Yukos guilty verdict fails to surprise Russian media


The second guilty verdict against jailed former Russian oil tycoon Mikhail Khodorkovsky - handed down by a Moscow court on Monday - came as no surprise to Russian newspapers, some of whose commentators were critical of the finding.

One economist predicted that the verdict against Khodorkovsky and his business partner Platon Lebedev would have a negative impact on investment in the country.

And in Ukraine, a commentator said the ruling by the judge, who found the pair guilty of stealing from their firm Yukos and laundering the proceeds, proved that there was no justice in Russia.

Those who hoped that judge Viktor Danilkin would suddenly find sufficient civic courage to pass a fair verdict can now give up that hope for good. He found a different kind of courage. Because it is of course not easy to come out to people and deliver a guilty verdict after the outrage that has been taking place in court for the past two years.

The president of the Institute of Modern Politics, Vladimir Lysenko, is convinced: the guilty verdict is a victory for Prime Minister Putin. "Putin will do everything to become a leader and the struggle inside the tandem will only increase," Lysenko told Trud… Many in the West are convinced that Khodorkovsky is a victim of political persecution and the guilty verdict will cause much resentment there. While Western business may simply become afraid to invest money in Russia… Lysenko believes that the verdict will be a set-back for Russia's relations with the European Union.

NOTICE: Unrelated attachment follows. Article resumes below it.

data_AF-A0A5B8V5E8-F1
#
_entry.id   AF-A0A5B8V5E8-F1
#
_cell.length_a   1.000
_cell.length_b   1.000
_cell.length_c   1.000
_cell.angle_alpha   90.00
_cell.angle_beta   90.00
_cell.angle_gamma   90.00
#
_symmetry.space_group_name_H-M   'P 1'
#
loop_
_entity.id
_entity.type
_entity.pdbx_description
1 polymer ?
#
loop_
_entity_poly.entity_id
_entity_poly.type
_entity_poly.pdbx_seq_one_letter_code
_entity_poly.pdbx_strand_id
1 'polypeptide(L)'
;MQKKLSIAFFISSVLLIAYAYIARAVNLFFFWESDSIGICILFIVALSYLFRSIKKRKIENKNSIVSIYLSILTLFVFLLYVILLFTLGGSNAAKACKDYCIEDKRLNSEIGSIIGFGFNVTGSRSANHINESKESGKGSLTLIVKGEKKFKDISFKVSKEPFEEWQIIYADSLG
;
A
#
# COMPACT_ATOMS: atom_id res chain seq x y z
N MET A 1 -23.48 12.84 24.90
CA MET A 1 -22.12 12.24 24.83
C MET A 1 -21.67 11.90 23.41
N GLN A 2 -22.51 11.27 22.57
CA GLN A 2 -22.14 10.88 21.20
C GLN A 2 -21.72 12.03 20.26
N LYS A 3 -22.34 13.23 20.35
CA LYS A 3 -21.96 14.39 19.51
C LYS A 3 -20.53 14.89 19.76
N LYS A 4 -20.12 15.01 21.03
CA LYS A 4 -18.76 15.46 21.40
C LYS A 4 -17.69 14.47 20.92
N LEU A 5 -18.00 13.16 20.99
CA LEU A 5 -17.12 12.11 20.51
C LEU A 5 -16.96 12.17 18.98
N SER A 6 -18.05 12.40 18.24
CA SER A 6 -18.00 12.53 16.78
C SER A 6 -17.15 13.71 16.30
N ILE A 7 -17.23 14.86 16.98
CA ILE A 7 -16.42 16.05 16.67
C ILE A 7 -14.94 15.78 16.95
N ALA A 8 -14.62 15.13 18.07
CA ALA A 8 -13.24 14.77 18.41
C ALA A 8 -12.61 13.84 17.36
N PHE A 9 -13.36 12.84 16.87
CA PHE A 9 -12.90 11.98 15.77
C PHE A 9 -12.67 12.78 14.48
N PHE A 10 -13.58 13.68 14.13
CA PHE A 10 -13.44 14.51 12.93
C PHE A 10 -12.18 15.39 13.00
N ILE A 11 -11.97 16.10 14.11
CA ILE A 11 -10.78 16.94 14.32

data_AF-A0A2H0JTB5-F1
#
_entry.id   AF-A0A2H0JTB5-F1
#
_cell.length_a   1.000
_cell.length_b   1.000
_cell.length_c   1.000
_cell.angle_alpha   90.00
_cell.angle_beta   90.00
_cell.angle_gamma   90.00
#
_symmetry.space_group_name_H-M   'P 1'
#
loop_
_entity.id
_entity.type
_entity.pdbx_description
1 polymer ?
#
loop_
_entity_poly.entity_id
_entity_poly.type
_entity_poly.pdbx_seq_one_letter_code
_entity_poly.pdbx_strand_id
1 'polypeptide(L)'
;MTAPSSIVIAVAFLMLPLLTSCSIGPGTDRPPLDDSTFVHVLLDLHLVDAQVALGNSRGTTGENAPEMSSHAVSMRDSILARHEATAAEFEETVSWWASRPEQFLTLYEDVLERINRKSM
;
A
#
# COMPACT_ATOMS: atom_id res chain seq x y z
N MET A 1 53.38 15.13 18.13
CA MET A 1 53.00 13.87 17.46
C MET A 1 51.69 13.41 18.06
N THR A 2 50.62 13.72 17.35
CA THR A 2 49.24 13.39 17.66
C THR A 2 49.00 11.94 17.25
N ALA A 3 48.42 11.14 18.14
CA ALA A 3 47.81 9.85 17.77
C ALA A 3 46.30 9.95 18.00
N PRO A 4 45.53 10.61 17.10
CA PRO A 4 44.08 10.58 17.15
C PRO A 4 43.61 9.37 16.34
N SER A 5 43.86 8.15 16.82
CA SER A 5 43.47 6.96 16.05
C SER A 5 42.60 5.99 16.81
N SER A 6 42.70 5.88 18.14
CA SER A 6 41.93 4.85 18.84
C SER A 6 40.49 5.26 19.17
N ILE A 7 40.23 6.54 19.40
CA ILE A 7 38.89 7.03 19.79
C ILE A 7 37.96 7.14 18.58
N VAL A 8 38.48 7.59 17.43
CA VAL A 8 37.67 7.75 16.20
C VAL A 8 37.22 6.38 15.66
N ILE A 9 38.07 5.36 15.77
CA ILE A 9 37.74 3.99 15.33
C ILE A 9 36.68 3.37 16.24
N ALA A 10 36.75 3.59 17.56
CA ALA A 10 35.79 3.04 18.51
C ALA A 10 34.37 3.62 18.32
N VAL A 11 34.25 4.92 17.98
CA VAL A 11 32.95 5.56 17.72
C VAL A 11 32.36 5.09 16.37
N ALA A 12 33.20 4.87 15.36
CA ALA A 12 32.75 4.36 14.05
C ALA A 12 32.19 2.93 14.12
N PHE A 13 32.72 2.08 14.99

Russian business daily Vedomosti

The guilty verdict will have an adverse impact, says chief economist of Troika Dialog investment bank Yevgeny Gavrilenkov. It creates uncertainty in the political, economic and social fields. Under these circumstances it is impossible to make long-range forecasts and, consequently, to take investment decisions. This is one of the causes for the outflow of capital from the country, he concludes.

Experts say circumstances are unlikely to change for the defendants before the end of the presidential race in 2012.

Christmas stories do sometimes happen on New Year's Eve but never in the courtroom. It is the place where one has to face the reality of life and if somebody secretly hoped that Khodorkovsky would not get a second prison term, they were as frustrated as a child who learns that Santa Claus does not exist.

Moscow's Khamovnichesky court has found... Mikhail Khodorkovsky guilty on dubious charges of stealing oil and laundering money, proving once again that there is no justice in Russia and there will be none. It only remains to be seen how long a sentence the most honest and incorruptible court will hand down to Russia's political prisoner No 1.

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